New California law requires restaurant workers to wear gloves

A new California law meant to protect people from foodborne illnesses has some in the culinary industry fighting back.
January 26, 2014 12:11:21 PM PST
A new California law meant to protect people from foodborne illnesses has some in the culinary industry fighting back.

Workers are required to wear disposable gloves or use utensils while handling certain foods.

At Lefty O' Douls in San Francisco, the bartenders have already started wearing the required latex gloves.

Bartender Frank Alavi is not very happy about it.

"Safest for the operating room, for babies being delivered, but not the bar," Alavi said.

The new law took effect January 1. It's intended to protect customers from foodborne illnesses.

Some chains like Subway already use gloves in their food handling.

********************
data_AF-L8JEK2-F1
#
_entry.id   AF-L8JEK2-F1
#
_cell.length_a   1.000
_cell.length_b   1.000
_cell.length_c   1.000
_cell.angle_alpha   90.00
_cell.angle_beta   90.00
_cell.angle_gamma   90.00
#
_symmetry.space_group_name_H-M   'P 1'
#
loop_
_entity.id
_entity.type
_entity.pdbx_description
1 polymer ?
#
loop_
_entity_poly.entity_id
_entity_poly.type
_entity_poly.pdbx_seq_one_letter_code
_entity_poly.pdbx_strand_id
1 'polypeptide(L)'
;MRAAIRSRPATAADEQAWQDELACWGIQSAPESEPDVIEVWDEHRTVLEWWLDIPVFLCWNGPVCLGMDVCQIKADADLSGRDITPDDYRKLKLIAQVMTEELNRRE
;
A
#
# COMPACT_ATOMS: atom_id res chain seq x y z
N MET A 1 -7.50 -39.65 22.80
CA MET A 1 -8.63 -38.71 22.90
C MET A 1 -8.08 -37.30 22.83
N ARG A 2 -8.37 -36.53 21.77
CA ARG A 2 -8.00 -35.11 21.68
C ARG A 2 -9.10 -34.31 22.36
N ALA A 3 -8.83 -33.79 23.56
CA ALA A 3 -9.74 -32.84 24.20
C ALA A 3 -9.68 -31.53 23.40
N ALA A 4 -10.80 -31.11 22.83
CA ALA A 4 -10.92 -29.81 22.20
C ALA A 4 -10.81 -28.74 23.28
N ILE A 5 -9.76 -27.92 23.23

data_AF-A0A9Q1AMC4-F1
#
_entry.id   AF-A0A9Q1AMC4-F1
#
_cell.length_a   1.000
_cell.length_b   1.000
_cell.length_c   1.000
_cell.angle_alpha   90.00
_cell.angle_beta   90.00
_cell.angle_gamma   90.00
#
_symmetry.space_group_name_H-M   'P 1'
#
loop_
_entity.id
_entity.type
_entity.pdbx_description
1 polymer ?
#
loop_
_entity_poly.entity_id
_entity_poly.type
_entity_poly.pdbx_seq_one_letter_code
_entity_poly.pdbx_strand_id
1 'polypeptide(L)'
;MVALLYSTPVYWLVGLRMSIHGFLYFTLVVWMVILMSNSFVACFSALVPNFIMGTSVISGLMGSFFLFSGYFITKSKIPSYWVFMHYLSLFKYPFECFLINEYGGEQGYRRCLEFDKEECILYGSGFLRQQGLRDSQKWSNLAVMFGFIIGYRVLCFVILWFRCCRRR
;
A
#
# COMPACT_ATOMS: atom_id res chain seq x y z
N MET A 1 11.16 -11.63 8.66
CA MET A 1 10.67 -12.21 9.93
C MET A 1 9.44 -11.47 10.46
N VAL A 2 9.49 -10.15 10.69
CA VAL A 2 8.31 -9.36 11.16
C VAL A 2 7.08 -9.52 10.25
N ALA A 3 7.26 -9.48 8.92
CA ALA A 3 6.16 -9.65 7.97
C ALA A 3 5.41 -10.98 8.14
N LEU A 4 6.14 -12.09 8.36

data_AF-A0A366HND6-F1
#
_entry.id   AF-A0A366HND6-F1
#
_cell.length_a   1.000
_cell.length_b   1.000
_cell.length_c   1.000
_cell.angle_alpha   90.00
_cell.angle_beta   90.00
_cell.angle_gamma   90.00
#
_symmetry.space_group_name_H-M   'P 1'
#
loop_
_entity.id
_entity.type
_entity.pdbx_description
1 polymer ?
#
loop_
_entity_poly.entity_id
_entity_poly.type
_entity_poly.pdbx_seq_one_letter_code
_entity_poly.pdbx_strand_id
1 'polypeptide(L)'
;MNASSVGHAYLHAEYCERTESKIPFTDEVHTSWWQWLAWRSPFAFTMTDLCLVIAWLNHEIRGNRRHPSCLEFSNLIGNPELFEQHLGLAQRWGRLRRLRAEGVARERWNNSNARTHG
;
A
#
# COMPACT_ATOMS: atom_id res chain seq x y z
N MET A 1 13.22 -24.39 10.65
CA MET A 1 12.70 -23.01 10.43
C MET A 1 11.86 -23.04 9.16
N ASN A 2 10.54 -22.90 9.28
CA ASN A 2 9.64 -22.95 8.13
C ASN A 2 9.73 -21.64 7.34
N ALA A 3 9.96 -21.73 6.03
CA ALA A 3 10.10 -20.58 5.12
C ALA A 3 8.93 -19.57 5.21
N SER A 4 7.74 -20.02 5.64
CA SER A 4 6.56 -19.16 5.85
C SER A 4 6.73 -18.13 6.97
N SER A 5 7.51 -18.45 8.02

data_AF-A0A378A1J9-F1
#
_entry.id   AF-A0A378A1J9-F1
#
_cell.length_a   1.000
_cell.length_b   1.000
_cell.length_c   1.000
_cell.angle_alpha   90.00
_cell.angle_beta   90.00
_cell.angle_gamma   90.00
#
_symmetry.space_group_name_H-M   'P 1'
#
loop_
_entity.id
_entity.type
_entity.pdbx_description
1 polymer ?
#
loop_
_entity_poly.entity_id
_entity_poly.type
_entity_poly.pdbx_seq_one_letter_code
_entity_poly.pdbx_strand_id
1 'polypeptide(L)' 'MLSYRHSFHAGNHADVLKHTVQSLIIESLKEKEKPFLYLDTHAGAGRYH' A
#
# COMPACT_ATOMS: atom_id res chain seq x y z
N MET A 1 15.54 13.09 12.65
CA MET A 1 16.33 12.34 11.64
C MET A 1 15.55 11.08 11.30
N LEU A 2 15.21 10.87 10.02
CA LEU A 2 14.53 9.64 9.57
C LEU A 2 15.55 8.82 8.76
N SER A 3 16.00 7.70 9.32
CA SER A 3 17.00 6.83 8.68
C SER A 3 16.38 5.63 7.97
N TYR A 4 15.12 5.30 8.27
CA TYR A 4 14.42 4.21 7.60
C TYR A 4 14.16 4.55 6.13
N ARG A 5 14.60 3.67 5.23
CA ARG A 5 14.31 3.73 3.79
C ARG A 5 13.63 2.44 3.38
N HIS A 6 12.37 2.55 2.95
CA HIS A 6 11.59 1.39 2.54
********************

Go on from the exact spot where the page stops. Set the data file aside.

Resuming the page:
But the new law will include chefs and even bartenders.

"A little insulting almost, being a professional and having done this for a long time, I feel like people in my industry and especially at this caliber of restaurant, we definitely maintain our cleanliness standards," bartender Katy Anderson said.

Anderson pours dozens of drinks in just a few minutes at the East End Pizza Co. in Alameda.

The co-owner of the restaurant, Michelle Manousos, has signed an online petition to try and exempt bartenders from the new regulation.

One of her customers is a nurse at Kaiser Permanente Medical Center in Oakland.

She says gloves are meant to protect health workers, not to prevent the spread of disease among patients.

"Gloves never substitute for good hand hygiene, washing your hands, or using a hand sanitizer. And I'd be really interested to see what studies they have that are linking the wearing of gloves with spreading disease in food handling situations," nurse Melissa Michaud said.

Businesses can try to get an exemption. It involves working out strict protocols with local agencies that will enforce the law.

For now, citations are not likely to be issued, regulators are granting a 6-month grace period to get familiar with the new rules.


Load Comments